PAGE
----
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Discussion Starter · #1 ·
Does anyone have experience with the Yost powertube, the dyno jet kit, or the thunderslide jet kit? Are you satisfied with the choice? I understand the difference between the thunderslide, is the slide included in the kit for throtal response. Is it worth the extra cost? Is the Yost powertube a rejetting kit? Thanks in advance for the input. J.T.
 

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I've installed many Dynojet kits and Thunderslide kits over the years. Never had any experience with the Yost setup. Also keep in mind that there is a Dynojet kit from company named Dynojet. It's a good kit. There are also lots of kits from other outfits (i.e. Custom Chrome, etc.) and I wouldn't use them myself. Lots of people complain about these kits running rich and losing gas mileage. I've never had this experience but am also almost at sea level. I always suspected that problems occurred because of altitude and lack of tuning after install. As to being worth the cost?? That can be debated forever. A lot depends on what you expect from the modification. You are not going to get a lot of increased HP and torque. They will solve the cold starting problem and slightly improve performance while leaving gas mileage acceptable. If you're anal about getting every last bit of performance out of your bike, they are not for you. My personal preference nowdays is just to install a needle from the 1988 XLH sportster (HD parts # 27094-88), remove the cap on the mixture screw to adjust it and ride. This gives you a good streetable bike that is not cold natured and gets good gas mileage. The info below which came from an article in American Rider or Iron explains the setup.

Taken in part from a tech article by Joe Minton in July 02 issue of American Rider.

Carbureted twin Cam and Sportster engines can have their air/fuel mixtures corrected with one part - a stock Harley part - the needle from a 1988 or '89 1200 Sportster (HD part #27094-88). There's no need for an elaborate kit or to make extensive modifications to the stock Keihin CV carb.

Even with the Screamin' Eagle or other hi-flow air cleaner and a set of free flowing mufflers, the stock main and slow jets are correct. You do not need to change the main jet when you fit a set of say, Cycle Shack slip-ons and a free-flowing air cleaner. Just install the new needle, remove the aluminum plug over the mixture screw and adjust it outward for best idle.

With these two simple modifications, your Twin Cam, Evo or Sportster motor becomes the civilized and responsive powerplant it can and should be.

Why is the solution so simple, you ask? Because the only area in the throttle range where stock Harley engines are lean is in the first quarter of throttle slide movement. That is where government controls require such lean mixtures. The straight-diameter part of the needle, together with the needle jet it fits into, controls mixture in this throttle range. When the needle's straight part is smaller in diameter - which the early Sportster needle is - and the mixture gets richer, the engine runs better.

The stock main and slow jets are OK for two reasons. The mixture screw
controls the slow jet's fuel delivery into the engine at idle and very low speed, and it is a simple adjustment. The main jet doesn't figure into emissions testing. Harley, like most manufacturers, fits a slightly large main jet to make sure the mixtures do not become too lean at full throttle with free-flowing air cleaners and exhausts. Therefore, when you fit that combination of free-flowing air cleaner and mufflers, the main jet becomes correct (AT OR NEAR SEA LEVEL). The slow jet is the right size in the first place. It simply needs to have its delivery volume increased with the mixture screw.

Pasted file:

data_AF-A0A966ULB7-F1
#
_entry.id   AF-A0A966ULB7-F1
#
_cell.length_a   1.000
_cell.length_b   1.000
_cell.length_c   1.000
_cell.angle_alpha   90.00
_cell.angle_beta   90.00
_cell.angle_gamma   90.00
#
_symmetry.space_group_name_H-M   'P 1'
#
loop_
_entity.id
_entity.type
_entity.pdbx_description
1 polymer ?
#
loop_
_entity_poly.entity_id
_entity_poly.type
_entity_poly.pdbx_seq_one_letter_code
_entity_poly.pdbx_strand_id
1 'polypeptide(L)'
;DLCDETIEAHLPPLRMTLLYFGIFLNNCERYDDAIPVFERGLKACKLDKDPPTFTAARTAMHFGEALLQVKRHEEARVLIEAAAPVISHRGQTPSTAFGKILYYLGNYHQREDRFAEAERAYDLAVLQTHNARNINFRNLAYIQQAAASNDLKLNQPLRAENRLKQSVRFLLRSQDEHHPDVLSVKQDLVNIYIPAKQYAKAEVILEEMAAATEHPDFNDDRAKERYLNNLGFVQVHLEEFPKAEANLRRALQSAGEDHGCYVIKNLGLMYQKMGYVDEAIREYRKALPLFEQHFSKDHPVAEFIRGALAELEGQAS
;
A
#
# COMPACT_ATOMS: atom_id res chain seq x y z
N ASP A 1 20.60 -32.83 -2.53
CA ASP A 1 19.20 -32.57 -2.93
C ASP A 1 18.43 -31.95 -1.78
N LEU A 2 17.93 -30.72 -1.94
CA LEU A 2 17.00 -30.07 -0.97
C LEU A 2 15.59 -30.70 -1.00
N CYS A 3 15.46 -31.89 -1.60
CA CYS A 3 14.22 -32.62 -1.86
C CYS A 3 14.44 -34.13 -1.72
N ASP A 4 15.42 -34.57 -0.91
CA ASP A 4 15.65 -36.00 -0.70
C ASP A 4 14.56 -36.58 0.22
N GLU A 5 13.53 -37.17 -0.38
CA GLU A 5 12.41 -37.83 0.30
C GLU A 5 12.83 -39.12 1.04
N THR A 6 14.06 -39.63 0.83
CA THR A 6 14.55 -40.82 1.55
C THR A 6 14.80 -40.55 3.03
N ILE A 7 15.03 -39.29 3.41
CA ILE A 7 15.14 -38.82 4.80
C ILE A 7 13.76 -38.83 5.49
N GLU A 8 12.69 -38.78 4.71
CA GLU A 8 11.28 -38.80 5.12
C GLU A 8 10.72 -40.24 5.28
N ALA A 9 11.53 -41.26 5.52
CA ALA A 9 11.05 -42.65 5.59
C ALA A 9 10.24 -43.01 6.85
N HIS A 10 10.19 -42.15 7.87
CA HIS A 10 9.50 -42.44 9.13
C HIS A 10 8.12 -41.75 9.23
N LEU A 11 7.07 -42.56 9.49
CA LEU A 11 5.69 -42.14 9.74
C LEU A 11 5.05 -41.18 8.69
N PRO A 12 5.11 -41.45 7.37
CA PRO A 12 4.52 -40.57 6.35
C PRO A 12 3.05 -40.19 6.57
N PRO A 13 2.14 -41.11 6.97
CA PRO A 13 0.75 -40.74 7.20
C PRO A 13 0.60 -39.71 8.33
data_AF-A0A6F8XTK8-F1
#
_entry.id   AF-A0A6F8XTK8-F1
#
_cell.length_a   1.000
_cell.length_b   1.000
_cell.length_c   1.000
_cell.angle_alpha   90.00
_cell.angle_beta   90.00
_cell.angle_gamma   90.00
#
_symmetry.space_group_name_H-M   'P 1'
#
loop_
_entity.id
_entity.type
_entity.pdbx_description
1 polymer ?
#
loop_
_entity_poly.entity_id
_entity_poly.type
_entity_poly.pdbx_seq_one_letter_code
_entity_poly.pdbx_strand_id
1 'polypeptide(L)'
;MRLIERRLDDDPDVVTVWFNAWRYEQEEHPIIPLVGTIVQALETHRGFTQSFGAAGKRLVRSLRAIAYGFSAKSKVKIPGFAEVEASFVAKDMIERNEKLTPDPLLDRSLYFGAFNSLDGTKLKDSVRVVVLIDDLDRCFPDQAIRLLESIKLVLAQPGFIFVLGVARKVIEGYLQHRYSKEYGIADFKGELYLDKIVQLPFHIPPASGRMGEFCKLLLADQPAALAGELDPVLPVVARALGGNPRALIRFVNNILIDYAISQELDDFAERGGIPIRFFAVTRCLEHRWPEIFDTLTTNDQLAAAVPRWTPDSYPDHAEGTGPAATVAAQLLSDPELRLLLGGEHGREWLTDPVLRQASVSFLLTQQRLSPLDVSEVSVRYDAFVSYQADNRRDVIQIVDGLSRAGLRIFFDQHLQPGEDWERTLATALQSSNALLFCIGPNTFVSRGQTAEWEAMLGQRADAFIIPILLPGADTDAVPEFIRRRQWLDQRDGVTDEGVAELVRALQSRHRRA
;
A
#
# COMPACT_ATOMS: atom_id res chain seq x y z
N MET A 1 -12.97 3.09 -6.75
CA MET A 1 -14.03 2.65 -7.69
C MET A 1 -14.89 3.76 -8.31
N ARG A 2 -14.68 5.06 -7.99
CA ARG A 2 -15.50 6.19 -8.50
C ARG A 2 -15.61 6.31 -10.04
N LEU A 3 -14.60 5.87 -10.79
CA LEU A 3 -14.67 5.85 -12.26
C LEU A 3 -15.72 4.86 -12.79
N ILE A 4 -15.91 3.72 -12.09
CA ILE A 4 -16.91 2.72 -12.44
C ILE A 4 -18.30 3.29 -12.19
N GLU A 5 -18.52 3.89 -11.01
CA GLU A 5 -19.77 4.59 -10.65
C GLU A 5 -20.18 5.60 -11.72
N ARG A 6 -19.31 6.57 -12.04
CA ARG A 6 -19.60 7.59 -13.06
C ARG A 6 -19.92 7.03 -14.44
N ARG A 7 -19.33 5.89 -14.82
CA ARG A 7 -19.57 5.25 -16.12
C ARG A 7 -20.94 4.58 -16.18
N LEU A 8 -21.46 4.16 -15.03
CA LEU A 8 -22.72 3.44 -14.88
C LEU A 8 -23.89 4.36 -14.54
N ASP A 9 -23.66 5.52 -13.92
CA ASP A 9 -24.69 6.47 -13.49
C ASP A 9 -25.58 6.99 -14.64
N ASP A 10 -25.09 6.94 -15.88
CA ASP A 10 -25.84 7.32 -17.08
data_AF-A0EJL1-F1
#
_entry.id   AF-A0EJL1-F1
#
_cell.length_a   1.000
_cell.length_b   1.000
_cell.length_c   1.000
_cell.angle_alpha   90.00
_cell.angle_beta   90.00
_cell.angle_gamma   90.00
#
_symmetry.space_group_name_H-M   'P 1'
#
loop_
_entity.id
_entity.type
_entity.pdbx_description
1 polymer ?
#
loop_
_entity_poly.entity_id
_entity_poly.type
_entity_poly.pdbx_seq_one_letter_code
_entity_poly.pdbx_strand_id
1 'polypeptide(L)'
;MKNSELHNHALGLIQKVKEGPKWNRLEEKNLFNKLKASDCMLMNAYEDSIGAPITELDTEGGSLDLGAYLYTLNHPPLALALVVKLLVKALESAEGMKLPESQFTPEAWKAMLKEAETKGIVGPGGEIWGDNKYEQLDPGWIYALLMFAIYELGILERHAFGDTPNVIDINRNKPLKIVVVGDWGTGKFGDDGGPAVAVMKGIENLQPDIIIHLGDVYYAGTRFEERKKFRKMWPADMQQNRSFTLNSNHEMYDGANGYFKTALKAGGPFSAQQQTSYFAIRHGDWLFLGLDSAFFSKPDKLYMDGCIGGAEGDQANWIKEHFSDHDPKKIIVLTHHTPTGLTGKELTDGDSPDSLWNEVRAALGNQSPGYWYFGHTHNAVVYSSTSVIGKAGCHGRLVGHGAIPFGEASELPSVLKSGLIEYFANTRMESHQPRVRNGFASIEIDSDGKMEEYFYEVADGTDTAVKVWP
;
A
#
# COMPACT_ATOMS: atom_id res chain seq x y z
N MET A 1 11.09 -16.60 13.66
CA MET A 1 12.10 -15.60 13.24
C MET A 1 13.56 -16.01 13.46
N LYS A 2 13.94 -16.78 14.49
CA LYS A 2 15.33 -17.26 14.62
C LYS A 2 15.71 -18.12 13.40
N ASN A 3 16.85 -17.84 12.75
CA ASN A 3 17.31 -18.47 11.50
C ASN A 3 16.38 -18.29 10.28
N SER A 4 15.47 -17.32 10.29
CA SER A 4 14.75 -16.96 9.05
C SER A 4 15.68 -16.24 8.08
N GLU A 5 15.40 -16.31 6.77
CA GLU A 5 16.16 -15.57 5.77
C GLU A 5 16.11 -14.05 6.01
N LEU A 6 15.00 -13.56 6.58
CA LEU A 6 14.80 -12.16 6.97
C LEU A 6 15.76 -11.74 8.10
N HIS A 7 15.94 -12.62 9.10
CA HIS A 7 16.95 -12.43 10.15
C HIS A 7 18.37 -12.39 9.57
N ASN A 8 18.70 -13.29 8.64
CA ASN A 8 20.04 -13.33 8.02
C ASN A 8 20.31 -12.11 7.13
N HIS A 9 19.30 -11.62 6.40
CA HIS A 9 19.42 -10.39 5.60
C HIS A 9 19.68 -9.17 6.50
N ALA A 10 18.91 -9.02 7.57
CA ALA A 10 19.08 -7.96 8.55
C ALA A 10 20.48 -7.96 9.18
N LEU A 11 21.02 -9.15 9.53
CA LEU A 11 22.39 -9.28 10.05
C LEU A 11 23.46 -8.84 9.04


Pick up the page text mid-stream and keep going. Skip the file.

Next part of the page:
END OF ARTICLE
 

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Discussion Starter · #3 ·
Thanks for the reply Ed. So, the needle from the 88-89 1200 sporster you are refering is the main jet needle? I was kind of confused. Will this relieve delayed throttle response? This is because the size of the jet from the sporster is bigger?
So, installing the dynojet kit or thunderslide kit, do little more than increase gas milage, better throttle response with improved cold starting, but at a cost of about 100-200 dollars. Not well spent? Thanks again. J.T.
 

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Thanks for the reply Ed. So, the needle from the 88-89 1200 sporster you are refering is the main jet needle? I was kind of confused. Will this relieve delayed throttle response? This is because the size of the jet from the sporster is bigger?
So, installing the dynojet kit or thunderslide kit, do little more than increase gas milage, better throttle response with improved cold starting, but at a cost of about 100-200 dollars. Not well spent? Thanks again. J.T.

J.T.

The needle is just referred to as a jet needle. It actually functions as a kind of intermediate jet. The carb still contains a slow jet and a main jet but these should be OK. Changing the needle will help with delayed throttle response although the thunderslide kit is real good for solving this problem if it's that bad. The needle from the sportster has more of a taper at the bottom which allows better fuel flow in the transition from slow jet to needle or intermediate range. The needle only cost $9. That plus time spent installing it and removing the mixture plug is all it costs you. If you're not happy then, consider a kit. Another option is tweaking the carb following the insts at nightrider.com.
 

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For most street bikes nothing wrong with a pair of jets with a $6 out lay of cash. You get the fuel the motor needs to run right and the preformance is well worth the savings.
 
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